The vet called at 1pm to tell me Polly was in recovery after her surgery and could be collected. Relief swept over me as I raced to grab my car keys. A glassy-eyed Polly gave a hesitant wag with the tip of her tail when she heard me enter the recovery room. Through my joy at finding her sitting up and looking for me, I didn't absorb much of what the vet said to me except that he thought the lump was probably 'just a fatty lump' but we would need to wait 12 days for the histology findings to confirm this. He thrust a bottle of pills and a printed A4 sheet containg post operative care instructions into my hand (and just as well, because when I read it at home I realised how little information I had actually absorbed in the surgery!) made an appointment for a check-up, handed me Polly's lead and let us wobble our way back to the car.
I was worried I might struggle to help Polly onto the backseat of my car, but even through the fog of anaesthetic, she knew what she needed to do and with my hand against her backside to prevent any slipping, she launched herself onto the seat.
The journey home only took five minutes, but it was enough to exhaust poor Polly. She was confused and scared when we went into the house and she clumsily rushed to the back door, so I let her out onto the lawn but she just sat staring into space. It was a shock to see her so disorientated and once again, I burst into tears. After a sob and a cuddle, I managed to encourage Polly back inside onto the bed I had left in the lounge for her and that is where she slept the rest of the afternoon away... well, most of it. I hadn't considered the doorbell! It rang and penetrated her deep sleep, so she suddenly lept to her feet, ran to the window and instinctively jumped up to see who was outside! I was horrified and flew across the room to gather her into my arms, praying she hadn't done herself any further damage. For anyone going through post op care with their dog, I would highly recommend keeping them close to you on a collar and lead indoors when they first come home. Lesson learned the hard way, I clipped Polly's lead on and led her back to bed where she settled back into a very deep sleep. Later that evening, she heard my husband come home, managed to sit up and absolutely beam at him, despite her perfectly horrible day!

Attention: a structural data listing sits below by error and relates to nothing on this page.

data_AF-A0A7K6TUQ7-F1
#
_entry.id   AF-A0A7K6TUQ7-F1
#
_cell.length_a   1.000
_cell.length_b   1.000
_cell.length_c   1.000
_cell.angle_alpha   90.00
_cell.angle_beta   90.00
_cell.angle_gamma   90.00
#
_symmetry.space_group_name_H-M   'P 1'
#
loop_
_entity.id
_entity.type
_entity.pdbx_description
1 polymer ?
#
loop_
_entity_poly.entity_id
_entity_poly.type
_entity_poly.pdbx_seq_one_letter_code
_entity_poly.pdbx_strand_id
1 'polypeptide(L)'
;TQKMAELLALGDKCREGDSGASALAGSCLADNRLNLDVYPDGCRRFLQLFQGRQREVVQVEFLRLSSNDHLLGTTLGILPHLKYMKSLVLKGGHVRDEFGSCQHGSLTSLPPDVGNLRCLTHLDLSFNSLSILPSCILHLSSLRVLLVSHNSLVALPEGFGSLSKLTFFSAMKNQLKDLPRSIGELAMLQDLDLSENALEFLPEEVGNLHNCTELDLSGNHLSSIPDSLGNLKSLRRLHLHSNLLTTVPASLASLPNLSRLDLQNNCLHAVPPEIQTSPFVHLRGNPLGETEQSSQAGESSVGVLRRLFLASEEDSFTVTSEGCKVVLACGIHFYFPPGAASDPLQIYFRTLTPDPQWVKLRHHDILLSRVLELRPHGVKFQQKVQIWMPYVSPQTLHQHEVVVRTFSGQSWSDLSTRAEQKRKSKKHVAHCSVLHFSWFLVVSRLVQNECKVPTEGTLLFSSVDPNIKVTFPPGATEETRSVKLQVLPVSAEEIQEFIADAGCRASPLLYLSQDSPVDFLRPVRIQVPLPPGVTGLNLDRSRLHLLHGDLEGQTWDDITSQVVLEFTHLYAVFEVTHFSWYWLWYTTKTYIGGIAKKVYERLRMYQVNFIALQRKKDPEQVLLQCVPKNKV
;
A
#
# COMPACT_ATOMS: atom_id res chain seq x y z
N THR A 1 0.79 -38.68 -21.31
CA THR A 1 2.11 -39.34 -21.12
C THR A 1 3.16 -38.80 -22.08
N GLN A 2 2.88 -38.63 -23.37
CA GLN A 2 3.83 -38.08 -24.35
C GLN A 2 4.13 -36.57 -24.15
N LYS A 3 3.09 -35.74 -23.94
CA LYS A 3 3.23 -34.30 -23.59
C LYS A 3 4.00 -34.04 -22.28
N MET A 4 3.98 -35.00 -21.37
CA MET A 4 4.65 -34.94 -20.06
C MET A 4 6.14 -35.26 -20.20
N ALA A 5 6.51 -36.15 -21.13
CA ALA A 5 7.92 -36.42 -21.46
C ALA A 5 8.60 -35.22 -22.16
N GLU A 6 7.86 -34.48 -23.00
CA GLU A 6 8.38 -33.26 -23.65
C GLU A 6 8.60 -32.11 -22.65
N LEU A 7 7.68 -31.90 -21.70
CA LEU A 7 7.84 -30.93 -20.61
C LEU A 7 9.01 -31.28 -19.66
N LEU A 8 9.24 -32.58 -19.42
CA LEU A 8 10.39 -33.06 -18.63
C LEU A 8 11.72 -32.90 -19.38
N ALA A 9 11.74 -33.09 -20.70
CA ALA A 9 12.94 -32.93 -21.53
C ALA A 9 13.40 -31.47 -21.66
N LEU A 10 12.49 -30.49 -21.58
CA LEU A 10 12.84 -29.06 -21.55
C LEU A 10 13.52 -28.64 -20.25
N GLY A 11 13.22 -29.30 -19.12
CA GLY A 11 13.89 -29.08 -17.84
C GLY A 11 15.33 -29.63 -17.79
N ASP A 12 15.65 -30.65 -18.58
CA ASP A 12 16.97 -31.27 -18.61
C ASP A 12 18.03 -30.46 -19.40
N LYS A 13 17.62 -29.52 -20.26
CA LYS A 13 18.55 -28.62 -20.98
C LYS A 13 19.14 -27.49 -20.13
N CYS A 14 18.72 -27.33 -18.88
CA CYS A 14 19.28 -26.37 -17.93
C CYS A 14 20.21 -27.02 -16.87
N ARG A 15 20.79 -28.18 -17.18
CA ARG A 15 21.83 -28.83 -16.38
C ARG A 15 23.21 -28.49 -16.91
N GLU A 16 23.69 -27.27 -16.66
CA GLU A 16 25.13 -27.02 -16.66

24 hours later and Polly is on the mend.
That was yesterday. Today the anaesthetic fog seems to be lifting gradually and although Polly is far from her usual cheeky self, she is noticeably improved. She has eaten and had a drink and a wee but I think she is still quite confused, or maybe reluctant to respond to instructions, which is fair enough. If she wants to just sit and watch between naps, that's fine by me. I'm sure she'll let me know what she wants, when she is ready to tell me but I miss her bossy nose nudges and her tail wags. I do hope they come back soon.
As for the histology report and what comes next, well, I think I'll simply take a dog's eye view of this and live life in the moment, rather than doing what we human's usually do... worrying about what's to come.
Right now my beautiful girl Polly is here with me, her lump is gone, the rain has stopped and the sun is shining.